Investors could be forgiven for walking away from the stock market at just about any time in the past decade, and venturing instead into alternative investments with higher returns.
Long-term investors have not been rewarded for their risk tolerance or patience. Whether it's one-year, three-year, five-year, or 10-year measures, the results are hardly encouraging.
Over 10 years, the S&P 500is up just over 10 percent, or about one percent a year. On a five-year basis, it's down about 18 percent.
Now, how about gold or silver, perhaps the most popular and accessible alternative investments?
Spot gold went from $300 an ounce in 2001 to almost $1,890 in September, before retreating to the $1,700 range. During the same period,silver priceswent from $4 an ounce to almost $50 an ounce. It dropped to $30 an ounce, but is now back around $32 an ounce.
Back-of-the-envelope math is enough to show you that gold's gain was six-fold and silver's was 10-fold.
Equally impressive has been the 10-year run of the Mei Moses Fine Art Index, which edged out the S&P 500. More recently, it was up 16.6 percent in 2010, and has since gained another four percent as of Sept. 1.
Now, some may say selecting art is harder than picking stocks, while others would say the converse is true, but there's little disagreement that the former dresses up a wall better than a securities certificate.
How about vintage autos? Auctioneer Gooding & Co. had 37 sales with record prices in its 2011 year, which ended in September, selling 27 cars at values greater than $1 million. For the more "average" vehicle, the average price was seven percent higher than a year ago and 22 percent more than in 2006.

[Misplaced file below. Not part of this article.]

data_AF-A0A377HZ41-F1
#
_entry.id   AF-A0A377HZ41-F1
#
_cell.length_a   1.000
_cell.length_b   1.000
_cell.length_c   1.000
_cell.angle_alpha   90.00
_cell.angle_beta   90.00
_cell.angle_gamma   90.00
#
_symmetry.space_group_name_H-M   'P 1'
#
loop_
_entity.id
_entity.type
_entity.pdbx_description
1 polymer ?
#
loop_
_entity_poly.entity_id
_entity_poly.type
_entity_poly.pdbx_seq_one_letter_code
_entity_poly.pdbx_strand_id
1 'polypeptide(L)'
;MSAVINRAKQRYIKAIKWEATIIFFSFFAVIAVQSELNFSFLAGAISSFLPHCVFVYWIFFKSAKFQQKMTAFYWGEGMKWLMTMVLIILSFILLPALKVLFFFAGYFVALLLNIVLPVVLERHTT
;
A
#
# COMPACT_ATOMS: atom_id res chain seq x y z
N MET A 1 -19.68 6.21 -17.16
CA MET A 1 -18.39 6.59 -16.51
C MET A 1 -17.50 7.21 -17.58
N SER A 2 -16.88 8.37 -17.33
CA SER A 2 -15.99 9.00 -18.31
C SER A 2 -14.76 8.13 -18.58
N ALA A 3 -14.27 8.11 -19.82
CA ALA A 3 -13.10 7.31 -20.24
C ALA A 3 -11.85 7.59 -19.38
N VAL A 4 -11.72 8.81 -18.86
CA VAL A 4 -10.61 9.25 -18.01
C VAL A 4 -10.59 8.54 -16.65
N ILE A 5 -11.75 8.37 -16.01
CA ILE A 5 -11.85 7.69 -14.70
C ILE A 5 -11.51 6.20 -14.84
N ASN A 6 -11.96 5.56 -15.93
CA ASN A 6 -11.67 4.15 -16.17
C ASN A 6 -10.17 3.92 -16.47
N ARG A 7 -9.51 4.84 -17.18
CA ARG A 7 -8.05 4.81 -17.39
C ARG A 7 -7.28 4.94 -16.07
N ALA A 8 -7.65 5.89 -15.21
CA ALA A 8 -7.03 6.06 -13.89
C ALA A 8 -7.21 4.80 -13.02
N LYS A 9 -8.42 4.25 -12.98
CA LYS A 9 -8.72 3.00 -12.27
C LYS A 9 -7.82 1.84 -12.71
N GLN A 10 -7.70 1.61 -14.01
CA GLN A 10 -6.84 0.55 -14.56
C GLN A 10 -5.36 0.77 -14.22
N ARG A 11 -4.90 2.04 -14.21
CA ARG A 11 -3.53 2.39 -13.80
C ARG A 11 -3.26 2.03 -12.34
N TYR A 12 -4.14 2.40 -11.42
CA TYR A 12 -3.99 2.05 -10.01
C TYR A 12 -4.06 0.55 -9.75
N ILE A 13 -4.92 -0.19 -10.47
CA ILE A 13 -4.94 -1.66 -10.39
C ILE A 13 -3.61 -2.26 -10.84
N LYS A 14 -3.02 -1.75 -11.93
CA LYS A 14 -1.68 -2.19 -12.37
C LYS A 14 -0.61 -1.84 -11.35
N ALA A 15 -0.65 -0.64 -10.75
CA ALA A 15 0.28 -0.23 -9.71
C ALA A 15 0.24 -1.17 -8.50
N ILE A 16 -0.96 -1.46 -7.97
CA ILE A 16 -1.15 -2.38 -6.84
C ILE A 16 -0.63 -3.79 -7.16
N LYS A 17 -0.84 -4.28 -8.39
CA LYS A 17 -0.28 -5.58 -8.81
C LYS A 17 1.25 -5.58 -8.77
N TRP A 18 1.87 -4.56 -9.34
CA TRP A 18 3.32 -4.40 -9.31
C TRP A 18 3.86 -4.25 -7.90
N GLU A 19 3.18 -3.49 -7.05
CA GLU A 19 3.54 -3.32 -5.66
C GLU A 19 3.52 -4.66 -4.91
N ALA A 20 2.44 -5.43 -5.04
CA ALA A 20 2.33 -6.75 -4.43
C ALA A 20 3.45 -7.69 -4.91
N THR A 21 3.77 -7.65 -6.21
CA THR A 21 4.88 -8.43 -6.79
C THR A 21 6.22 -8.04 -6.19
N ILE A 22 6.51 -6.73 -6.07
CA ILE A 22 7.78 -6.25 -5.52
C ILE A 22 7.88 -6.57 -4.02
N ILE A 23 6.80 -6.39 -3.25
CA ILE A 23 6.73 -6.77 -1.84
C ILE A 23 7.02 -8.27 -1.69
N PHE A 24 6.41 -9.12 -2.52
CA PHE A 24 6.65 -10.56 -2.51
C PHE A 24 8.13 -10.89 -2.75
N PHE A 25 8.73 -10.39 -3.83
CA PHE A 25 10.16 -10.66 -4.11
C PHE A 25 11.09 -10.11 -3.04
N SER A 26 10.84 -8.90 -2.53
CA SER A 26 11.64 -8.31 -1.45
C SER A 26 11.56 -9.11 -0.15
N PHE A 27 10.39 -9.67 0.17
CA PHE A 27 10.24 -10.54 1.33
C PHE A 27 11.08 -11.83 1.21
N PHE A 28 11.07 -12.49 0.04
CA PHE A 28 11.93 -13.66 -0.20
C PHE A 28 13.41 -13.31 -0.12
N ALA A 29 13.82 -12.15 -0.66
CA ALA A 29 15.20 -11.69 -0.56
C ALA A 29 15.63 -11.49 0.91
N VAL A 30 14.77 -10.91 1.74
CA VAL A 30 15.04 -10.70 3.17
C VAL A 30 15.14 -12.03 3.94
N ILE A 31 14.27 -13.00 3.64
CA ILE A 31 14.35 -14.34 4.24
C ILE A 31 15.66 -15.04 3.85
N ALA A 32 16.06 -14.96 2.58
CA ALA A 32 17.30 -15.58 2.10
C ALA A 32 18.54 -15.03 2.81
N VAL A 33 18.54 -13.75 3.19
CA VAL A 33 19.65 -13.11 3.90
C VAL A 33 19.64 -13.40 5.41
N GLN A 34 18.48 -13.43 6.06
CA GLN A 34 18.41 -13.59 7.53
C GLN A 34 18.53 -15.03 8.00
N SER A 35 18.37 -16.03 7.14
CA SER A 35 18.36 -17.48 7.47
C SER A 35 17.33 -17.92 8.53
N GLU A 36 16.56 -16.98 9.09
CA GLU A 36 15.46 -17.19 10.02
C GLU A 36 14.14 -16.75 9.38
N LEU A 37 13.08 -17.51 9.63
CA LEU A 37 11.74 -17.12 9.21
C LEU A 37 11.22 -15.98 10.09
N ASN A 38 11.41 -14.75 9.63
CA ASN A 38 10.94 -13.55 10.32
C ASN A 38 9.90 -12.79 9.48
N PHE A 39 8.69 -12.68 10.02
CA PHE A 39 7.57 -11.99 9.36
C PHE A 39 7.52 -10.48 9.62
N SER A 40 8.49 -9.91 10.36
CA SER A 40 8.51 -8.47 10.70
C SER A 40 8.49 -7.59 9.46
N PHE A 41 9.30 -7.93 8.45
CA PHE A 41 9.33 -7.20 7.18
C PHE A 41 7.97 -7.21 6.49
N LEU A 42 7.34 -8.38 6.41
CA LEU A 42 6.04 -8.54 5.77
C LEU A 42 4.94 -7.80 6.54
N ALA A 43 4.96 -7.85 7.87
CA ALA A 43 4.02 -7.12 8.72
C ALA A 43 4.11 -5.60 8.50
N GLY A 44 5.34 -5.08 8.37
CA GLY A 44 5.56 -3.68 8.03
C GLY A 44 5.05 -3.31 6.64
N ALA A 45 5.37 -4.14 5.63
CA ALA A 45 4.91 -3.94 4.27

Of course, vehicles and art — like other collectibles such as wine and horses — are not immune to price declines, big or small. Fortunes can be lost as well as made.
Many say that the current real estate marketis a once in a lifetime opportunity — for investors in many income brackets. In many areas, residential properties are selling at a 40 percent discount to peak prices of just a few years ago. And with interest rates at a record low, carrying costs on a rental property make an even more affordable investment.
The point is that there are other ways to invest your money, without having to understand the mechanics and implications of a Flash Crash or QE2.
Alternative investing may not be for everyone, but there's an entry point for almost anyone, and as popular cable TV programs illustrate every week, small fortunes — and the corner stones of collections — can be found in attics, basements and, yes, storage rooms.
So, take a tour of our special section, even if it's just to window shop.